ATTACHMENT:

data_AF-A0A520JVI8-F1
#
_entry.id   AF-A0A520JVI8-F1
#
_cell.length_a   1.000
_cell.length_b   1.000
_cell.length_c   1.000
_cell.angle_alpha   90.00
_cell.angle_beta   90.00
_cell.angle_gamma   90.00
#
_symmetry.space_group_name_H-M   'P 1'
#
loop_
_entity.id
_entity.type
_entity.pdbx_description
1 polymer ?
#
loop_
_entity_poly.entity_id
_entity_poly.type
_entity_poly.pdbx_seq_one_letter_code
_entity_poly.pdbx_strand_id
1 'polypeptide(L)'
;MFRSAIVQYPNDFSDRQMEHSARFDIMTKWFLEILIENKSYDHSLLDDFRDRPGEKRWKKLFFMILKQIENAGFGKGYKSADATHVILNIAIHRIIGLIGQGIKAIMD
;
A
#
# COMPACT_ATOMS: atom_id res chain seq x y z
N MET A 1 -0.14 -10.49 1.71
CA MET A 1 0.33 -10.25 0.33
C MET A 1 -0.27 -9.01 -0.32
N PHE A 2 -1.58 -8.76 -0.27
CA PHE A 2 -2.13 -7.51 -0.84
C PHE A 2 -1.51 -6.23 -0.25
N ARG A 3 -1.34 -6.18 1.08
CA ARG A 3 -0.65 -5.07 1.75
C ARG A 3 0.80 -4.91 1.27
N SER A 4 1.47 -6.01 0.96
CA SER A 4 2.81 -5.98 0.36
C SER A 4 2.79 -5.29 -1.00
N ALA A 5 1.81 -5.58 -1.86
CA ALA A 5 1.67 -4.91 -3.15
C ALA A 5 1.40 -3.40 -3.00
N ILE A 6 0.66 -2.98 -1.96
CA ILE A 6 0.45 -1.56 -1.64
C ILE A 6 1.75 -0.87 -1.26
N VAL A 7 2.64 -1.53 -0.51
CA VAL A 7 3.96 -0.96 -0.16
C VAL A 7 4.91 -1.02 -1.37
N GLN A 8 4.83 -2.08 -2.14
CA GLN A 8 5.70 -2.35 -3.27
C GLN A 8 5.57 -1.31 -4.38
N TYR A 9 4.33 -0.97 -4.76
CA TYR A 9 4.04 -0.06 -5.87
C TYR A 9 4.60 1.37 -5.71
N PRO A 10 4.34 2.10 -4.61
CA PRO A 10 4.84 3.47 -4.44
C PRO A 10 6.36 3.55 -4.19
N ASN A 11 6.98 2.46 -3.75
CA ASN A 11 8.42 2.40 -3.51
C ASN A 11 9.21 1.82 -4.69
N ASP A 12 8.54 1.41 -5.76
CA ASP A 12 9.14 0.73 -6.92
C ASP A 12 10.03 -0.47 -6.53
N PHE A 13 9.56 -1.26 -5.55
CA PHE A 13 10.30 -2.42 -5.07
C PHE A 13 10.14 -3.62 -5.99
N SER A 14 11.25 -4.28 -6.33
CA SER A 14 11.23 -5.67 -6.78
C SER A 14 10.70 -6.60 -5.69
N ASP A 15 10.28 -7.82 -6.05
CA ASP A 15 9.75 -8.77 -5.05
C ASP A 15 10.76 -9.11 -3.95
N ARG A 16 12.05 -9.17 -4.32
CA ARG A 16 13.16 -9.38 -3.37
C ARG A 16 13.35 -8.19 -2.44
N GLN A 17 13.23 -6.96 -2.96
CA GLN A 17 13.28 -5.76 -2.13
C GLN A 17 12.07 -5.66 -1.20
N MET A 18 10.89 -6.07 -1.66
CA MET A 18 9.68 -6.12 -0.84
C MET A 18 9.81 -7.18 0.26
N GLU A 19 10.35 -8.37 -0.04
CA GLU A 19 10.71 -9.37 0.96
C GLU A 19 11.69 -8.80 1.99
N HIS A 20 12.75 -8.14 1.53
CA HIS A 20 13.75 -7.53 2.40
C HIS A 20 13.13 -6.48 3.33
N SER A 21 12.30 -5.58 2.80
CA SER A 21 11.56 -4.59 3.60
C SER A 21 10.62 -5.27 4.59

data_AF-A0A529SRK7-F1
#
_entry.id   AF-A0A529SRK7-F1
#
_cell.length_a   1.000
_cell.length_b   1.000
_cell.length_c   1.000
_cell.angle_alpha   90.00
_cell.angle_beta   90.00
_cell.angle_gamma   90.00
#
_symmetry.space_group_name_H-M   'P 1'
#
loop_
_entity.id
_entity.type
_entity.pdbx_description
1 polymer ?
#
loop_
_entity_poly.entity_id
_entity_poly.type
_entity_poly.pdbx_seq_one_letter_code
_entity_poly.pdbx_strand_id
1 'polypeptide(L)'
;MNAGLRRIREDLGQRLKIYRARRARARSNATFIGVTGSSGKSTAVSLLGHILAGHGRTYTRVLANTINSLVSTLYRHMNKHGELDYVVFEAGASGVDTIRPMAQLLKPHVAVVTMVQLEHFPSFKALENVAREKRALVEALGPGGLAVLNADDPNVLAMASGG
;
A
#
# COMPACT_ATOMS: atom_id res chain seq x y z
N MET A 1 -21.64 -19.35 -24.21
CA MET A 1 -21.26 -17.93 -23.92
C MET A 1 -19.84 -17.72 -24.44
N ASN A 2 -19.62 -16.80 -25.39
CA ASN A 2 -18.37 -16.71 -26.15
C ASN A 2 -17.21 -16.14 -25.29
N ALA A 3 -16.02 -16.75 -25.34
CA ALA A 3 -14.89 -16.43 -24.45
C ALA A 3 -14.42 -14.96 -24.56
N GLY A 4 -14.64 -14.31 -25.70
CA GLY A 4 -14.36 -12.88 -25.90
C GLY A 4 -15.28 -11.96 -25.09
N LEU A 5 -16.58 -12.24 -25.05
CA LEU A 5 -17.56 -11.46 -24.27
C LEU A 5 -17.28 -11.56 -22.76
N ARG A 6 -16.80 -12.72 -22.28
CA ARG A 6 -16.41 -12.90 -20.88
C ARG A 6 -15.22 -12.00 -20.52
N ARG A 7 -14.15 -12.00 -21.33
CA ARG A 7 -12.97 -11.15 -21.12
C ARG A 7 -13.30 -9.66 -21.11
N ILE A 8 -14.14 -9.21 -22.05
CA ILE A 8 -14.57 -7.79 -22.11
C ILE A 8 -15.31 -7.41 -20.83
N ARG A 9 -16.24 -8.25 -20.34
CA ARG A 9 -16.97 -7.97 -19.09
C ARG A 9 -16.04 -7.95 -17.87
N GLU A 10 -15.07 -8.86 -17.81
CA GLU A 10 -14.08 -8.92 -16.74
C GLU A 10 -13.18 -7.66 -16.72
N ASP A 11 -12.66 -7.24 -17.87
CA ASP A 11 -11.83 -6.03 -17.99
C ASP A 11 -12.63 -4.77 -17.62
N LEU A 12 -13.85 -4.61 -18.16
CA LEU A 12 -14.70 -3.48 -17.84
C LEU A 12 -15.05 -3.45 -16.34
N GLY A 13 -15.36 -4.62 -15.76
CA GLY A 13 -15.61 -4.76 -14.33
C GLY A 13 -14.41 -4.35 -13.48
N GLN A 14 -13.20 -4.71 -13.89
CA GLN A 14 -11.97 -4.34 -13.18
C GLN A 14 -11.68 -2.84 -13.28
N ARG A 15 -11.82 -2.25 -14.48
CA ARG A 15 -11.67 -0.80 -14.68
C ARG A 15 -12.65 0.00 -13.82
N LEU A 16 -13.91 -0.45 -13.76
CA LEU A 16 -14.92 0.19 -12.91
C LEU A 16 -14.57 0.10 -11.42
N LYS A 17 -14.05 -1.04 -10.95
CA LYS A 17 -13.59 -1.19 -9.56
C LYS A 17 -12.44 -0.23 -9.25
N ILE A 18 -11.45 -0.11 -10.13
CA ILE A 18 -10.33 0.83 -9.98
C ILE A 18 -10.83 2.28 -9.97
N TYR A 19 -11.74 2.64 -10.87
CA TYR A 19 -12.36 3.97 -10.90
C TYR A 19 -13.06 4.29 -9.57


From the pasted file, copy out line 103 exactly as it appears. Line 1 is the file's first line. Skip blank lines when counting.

_cell.angle_gamma   90.00